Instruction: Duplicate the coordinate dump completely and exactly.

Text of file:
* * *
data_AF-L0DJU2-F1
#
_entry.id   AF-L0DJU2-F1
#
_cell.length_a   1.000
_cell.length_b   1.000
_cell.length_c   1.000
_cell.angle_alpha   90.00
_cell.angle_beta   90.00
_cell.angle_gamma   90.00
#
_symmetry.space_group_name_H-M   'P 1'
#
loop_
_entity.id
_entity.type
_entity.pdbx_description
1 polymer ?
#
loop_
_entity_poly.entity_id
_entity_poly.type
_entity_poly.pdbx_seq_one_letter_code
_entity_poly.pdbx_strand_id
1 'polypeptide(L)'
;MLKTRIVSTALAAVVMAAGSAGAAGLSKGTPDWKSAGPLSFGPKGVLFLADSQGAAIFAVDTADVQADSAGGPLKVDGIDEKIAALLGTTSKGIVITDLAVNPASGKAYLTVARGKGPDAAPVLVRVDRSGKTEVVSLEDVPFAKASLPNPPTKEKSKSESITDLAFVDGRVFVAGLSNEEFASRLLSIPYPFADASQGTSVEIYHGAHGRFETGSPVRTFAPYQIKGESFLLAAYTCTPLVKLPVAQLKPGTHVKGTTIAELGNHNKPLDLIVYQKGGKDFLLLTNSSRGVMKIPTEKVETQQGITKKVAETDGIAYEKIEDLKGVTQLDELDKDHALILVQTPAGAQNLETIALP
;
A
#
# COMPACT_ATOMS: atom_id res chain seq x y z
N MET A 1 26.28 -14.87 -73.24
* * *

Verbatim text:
data_AF-L0DJU2-F1
#
_entry.id   AF-L0DJU2-F1
#
_cell.length_a   1.000
_cell.length_b   1.000
_cell.length_c   1.000
_cell.angle_alpha   90.00
_cell.angle_beta   90.00
_cell.angle_gamma   90.00
#
_symmetry.space_group_name_H-M   'P 1'
#
loop_
_entity.id
_entity.type
_entity.pdbx_description
1 polymer ?
#
loop_
_entity_poly.entity_id
_entity_poly.type
_entity_poly.pdbx_seq_one_letter_code
_entity_poly.pdbx_strand_id
1 'polypeptide(L)'
;MLKTRIVSTALAAVVMAAGSAGAAGLSKGTPDWKSAGPLSFGPKGVLFLADSQGAAIFAVDTADVQADSAGGPLKVDGIDEKIAALLGTTSKGIVITDLAVNPASGKAYLTVARGKGPDAAPVLVRVDRSGKTEVVSLEDVPFAKASLPNPPTKEKSKSESITDLAFVDGRVFVAGLSNEEFASRLLSIPYPFADASQGTSVEIYHGAHGRFETGSPVRTFAPYQIKGESFLLAAYTCTPLVKLPVAQLKPGTHVKGTTIAELGNHNKPLDLIVYQKGGKDFLLLTNSSRGVMKIPTEKVETQQGITKKVAETDGIAYEKIEDLKGVTQLDELDKDHALILVQTPAGAQNLETIALP
;
A
#
# COMPACT_ATOMS: atom_id res chain seq x y z
N MET A 1 26.28 -14.87 -73.24